He appears unfazed by the prospect of frequent trips on public transport from his home near the German town of Constance to the Swiss capital. He says he is used to asking for help if necessary as he has been doing when travelling around the country to meetings of prominent organisations for the disabled.
Aims and ambitions
After Marc Suter, a Radical Party politician for 20 years, Lohr - an amateur swimmer - is only the second Swiss parliamentarian to use a wheelchair.
Our visit to Kreuzlingen ahead of the initial session of parliament in December, coincided with a call by the tailor who came to take his measurements for a new outfit.
Lohr is not afraid to show his ambitions as newly-elected parliamentarian and he considers the mandate to be a recognition.
He says he is looking forward to “try and convince others of his ideas”. Bonus payments for managers, he says, should not be outlawed but granted within limits only and with a view to weaker members of society and to those who need help.
As for hooliganism Lohr argues that for too long Switzerland has been ignoring violence in and around sport stadiums; but he stresses that not enough is known about the reasons for the violent behaviour of the young generation.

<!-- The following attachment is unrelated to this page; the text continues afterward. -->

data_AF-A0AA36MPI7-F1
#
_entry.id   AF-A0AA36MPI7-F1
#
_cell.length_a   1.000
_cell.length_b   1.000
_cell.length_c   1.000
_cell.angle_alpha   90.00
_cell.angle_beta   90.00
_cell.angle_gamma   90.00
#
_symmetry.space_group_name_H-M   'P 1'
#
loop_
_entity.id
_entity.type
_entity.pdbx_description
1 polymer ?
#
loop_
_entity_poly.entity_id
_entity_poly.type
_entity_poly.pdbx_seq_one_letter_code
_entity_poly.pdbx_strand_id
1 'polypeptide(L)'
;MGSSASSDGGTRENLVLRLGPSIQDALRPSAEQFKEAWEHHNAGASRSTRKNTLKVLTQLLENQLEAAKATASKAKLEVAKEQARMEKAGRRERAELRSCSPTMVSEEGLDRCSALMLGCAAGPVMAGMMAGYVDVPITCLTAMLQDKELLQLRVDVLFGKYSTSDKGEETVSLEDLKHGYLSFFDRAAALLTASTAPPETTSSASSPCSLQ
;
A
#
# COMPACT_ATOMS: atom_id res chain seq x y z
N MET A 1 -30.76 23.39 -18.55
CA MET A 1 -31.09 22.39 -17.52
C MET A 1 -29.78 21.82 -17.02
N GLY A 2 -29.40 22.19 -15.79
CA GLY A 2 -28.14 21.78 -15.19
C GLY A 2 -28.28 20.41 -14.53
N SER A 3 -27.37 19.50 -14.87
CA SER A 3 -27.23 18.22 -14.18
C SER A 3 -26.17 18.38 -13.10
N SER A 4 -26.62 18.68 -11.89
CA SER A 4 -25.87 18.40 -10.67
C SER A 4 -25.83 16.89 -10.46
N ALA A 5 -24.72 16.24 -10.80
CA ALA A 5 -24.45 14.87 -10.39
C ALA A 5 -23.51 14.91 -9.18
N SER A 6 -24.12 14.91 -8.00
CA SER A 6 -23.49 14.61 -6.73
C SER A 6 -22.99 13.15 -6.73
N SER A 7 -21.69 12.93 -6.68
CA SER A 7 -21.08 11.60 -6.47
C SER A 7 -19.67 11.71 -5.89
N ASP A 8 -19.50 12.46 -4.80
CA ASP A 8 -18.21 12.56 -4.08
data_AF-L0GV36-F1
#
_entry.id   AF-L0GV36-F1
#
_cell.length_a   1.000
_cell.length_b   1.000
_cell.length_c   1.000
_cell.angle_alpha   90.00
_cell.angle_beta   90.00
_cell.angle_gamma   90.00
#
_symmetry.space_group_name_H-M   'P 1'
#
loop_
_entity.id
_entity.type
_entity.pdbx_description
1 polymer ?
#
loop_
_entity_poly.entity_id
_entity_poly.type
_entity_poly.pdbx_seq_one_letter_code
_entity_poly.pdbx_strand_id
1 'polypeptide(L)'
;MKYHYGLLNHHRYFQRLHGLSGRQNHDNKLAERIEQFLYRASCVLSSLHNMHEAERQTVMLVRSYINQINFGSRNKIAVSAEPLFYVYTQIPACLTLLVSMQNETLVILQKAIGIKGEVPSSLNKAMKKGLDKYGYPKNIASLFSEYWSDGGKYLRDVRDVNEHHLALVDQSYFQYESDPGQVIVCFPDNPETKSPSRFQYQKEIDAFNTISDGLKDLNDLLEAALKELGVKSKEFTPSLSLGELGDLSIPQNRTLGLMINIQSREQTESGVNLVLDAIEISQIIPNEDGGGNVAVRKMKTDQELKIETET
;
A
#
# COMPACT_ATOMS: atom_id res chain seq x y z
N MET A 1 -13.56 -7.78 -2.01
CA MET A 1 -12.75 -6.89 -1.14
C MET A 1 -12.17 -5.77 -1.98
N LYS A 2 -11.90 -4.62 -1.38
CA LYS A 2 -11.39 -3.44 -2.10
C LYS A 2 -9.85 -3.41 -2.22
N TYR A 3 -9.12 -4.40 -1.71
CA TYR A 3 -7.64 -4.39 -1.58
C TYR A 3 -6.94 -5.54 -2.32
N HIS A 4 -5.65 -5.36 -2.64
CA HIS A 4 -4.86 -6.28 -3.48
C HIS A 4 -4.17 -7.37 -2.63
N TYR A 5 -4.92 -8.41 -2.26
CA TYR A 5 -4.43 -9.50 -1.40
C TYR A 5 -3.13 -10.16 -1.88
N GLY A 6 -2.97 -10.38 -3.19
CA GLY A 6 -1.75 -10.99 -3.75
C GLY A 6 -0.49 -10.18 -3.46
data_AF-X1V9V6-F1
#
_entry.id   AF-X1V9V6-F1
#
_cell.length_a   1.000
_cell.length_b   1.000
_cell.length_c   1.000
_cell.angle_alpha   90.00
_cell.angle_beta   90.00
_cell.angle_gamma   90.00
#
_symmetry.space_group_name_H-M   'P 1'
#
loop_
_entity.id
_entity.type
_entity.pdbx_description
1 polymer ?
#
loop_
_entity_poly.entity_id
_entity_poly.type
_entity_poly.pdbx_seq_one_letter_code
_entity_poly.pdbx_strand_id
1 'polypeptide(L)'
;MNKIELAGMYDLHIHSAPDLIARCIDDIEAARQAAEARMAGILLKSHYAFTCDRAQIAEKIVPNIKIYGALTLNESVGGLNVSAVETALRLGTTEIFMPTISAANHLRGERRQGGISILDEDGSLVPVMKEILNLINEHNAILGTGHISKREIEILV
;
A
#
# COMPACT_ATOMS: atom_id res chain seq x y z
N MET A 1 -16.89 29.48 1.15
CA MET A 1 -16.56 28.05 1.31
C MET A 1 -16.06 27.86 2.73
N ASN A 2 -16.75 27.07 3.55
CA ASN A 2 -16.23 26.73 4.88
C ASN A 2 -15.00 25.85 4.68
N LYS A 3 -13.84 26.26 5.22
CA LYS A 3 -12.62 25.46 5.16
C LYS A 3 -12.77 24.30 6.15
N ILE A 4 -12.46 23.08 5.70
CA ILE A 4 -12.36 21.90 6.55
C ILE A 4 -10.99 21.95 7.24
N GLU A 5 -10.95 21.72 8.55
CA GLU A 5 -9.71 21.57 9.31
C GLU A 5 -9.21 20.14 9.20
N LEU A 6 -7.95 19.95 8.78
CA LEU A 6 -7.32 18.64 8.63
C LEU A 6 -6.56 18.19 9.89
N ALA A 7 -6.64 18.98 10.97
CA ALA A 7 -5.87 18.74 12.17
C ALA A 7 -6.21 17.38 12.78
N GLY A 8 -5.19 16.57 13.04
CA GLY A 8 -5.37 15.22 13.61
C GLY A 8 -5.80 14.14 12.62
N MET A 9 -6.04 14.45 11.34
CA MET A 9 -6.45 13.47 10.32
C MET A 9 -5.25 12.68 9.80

He says he supports efforts to combat abuses of the welfare system, but opposes attempts to cut the pension payments of the disability insurance. Lohr himself does not benefit from such an allowance, but he receives financial contributions for specific services and tools, including his wheelchair.
But he refuses to see his personal situation as a model for others.
“I have been very lucky, I was able to get a good education and I’m well integrated into society so I can earn a living. But I’m an exception. Therefore disability pensions remain absolutely crucial.”
Born in April 1962 without any arms and with seriously deformed legs Lohr uses a wheelchair and his right foot to write.
He studied economics for two years at Constance University in neighbouring Germany and has been working as a journalist, author and teacher since 2007.
Lohr was head of the Swiss press corps at the 1996 Paralympic Games in Atlanta and two years later in Nagano.
He was president of Plusport, an sport organisation for the disabled between 1994 and 2008. He is also a leading member of the Pro Infirmis organisation for the disabled.
He entered politics when he was elected to the local parliament in his home town of Kreuzlingen in 1999. One year later won a seat in the Thurgau cantonal parliament which he led in 2008/2009.End of insertion
The Swiss parliament, made up the House of Representatives and the Senate, meets four times a year for regular three-week sessions.
The first session of the current four-year term ended on December 23.
Lohr is one of 29 representatives of the centre-right Christian Democratic Party in the House of Representatives.
He is a member of the committee for health and social security matters.End of insertion